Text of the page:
Skip to main content

Rotary projects around the globe

June 2024


United States

Thanks to the foresight of the Rotary Club of Bucyrus, Ohio, students were outfitted with 6,600 pairs of glasses for the 8 April total solar eclipse. In late 2022, with the eclipse still nearly two years away, “we talked about how neat it would be to get solar eclipse glasses for every school in our county for their students for the big event,” says Julie Rexroad, a club member, Interact club adviser, and science teacher at Wynford Local Schools. Once the club approved the $4,300 purchase, members designed, ordered, stored, and eventually delivered the glasses, purchased online from a company recommended by a local astronomy club. “Our location in Ohio is in the totality zone, and it is a once-in-a-lifetime event for most,” Rexroad says. For those missing out, northern Ohio can always look forward to 2099.


Atop self-crafted engineering marvels of corrugated paper and tape, about 80 cardboard toboggan enthusiasts sledded during a timed contest of the Rotaract Club of North Simcoe, Ontario, in February. The challenge is held in conjunction with Penetanguishene’s Winterama, a 76-year-old staple in the town, and is open to competitors at no cost, attracting as many as 160 each year. “We’ve seen so many amazing sleds, and each year they get even better,” Club President Elana Durtnall says. The club awards prizes for categories such as most creative, most team spirit, and fastest sled, with the speediest clocked at about 28 kilometers per hour (17 mph) by the radar of auxiliary officers of the Ontario Provincial Police. Club members handle tasks such as registration, social media promotion, sponsorship acquisition, and assistance with building a Rotaract cardboard toboggan used to promote the event in the parade the previous day.

  • 1806.00

    Last total solar eclipse visible in Ohio

  • 98.00%

    Amount of corrugated cardboard in Ontario households that is recycled


Rotary clubs in District 1200 hold a full menu of skills tests in disciplines including writing, speaking, music, technology, and more, but the Young Chef event is among the most popular. At a district-level qualifier directed by connoisseurs of the Rotary Club of Burnham-on-Sea in February, seven high school students whipped up three-course menus in two hours. The victorious victuals included venison steaks accompanied by fondant sweet potato, pea puree with juniper berry red wine sauce, and strawberry mille-feuille, a puff pastry dessert. The winning chef and a runner-up advanced to the regional final in Cardiff, Wales, in March. “We find it a rewarding competition for us as well as the contestants,” says Jane Gibbs, a Burnham-on-Sea club member who has organized Young Chef assemblies for more than a dozen years.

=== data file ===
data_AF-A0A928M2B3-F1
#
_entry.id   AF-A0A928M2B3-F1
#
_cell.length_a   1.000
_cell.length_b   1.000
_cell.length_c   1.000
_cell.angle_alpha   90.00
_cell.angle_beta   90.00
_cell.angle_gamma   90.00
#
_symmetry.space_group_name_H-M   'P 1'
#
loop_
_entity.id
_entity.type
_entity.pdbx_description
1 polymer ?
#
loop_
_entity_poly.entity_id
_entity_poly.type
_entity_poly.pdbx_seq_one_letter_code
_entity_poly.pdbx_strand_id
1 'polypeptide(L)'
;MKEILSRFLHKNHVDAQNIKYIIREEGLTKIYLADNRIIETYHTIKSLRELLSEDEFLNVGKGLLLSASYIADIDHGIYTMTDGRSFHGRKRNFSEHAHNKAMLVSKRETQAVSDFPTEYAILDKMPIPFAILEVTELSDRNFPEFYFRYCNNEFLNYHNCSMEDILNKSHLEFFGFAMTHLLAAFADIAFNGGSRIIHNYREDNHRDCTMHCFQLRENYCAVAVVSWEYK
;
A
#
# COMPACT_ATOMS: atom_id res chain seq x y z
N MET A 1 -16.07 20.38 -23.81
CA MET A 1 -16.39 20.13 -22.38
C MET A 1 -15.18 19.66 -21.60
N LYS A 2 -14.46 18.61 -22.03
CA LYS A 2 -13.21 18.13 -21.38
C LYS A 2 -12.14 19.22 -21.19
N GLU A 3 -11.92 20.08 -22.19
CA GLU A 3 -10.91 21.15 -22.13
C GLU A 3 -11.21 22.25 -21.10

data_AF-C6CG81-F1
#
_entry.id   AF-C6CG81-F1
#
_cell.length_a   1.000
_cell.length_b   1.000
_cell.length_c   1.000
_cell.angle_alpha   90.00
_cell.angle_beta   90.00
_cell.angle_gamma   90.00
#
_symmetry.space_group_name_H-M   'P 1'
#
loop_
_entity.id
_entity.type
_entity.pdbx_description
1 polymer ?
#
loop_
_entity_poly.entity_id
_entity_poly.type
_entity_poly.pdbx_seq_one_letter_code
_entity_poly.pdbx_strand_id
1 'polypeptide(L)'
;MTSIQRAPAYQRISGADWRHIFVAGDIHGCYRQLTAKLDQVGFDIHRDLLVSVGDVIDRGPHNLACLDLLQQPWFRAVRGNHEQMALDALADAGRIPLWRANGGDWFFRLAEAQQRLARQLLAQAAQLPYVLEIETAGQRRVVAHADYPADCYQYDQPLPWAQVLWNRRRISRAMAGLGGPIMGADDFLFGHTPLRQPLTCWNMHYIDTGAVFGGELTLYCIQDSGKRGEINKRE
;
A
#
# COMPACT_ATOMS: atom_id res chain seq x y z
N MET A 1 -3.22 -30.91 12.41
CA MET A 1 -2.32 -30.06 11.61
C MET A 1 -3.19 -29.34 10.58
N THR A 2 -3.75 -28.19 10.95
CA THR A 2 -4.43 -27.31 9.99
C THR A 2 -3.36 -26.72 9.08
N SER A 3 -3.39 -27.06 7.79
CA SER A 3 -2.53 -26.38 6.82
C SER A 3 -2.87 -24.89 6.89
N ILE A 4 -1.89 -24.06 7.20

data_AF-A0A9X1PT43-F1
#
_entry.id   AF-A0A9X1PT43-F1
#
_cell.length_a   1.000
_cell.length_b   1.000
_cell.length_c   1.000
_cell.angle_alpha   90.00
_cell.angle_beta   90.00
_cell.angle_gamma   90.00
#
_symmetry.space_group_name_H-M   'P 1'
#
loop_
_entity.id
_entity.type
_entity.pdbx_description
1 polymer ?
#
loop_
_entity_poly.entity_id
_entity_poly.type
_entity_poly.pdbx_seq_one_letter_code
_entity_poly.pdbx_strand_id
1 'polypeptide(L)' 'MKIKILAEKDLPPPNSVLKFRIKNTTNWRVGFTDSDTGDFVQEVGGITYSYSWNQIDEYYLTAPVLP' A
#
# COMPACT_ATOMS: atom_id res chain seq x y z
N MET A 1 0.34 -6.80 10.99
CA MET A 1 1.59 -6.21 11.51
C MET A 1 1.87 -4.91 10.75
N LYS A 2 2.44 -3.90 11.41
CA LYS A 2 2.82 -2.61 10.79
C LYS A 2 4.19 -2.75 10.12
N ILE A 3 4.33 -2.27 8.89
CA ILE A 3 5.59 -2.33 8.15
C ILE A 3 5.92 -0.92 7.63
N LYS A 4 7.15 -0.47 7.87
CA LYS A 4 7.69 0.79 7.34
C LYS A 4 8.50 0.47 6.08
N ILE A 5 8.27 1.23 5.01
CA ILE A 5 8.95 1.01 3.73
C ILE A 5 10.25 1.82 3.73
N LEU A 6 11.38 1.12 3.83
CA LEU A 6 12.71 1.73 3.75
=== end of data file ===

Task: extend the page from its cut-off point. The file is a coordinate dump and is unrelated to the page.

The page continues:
India is home to 1 of every 8 people with the trait for thalassemia, an inherited blood disorder when the body doesn’t make enough of the protein hemoglobin, hurting red blood cells that carry oxygen throughout the body. While mild forms might not need treatment, other cases could require frequent blood transfusions to help increase blood cells to manage anemia and resulting fatigue. The Rotary Club of Calcutta Metro City is promoting awareness and treatment of the disease with its thalassemia-free India initiative. In February the club coordinated an educational event attended by 50 young women and mothers in Sonarpur, West Bengal. The gathering was one of dozens of such events since 2022, reports club member Subhojit Roy. Besides its focus on encouraging screening and delivering its message to young adults and rural residents, the club lobbied thousands of provincial legislators and members of the Indian Parliament to promote testing and government funding of treatment, he says.

  • 9.00

    Michelin three-star restaurants in the United Kingdom

  • 300.00 million+

    Carriers of the thalassemia trait worldwide


After providing food and medicine to villagers in Nyamok during the pandemic, the Rotary Club of Metro Kuala Lumpur heightened its assistance to the impoverished community in Pahang state, a five-hour drive from the club base. Rotarians embarked on a project to construct three toilets as well as five kitchens and washing areas for food preparation for the Orang Asli ethnic group. The club lined up a District 3300 grant, other sponsors, and volunteers and then plotted the logistics, including the acquisition of plywood, bricks, cement, and tools, along with the three trucks used to deliver the materials along muddy roads into the remote village. After three days of construction with help from community members, the job was complete, club member Jennifer Lim says. Members installed more ceramic tiles in March to improve the appearance of the toilet facilities, Lim says.

This story originally appeared in the June 2024 issue of Rotary magazine.

Rotary projects make a difference in communities around the world.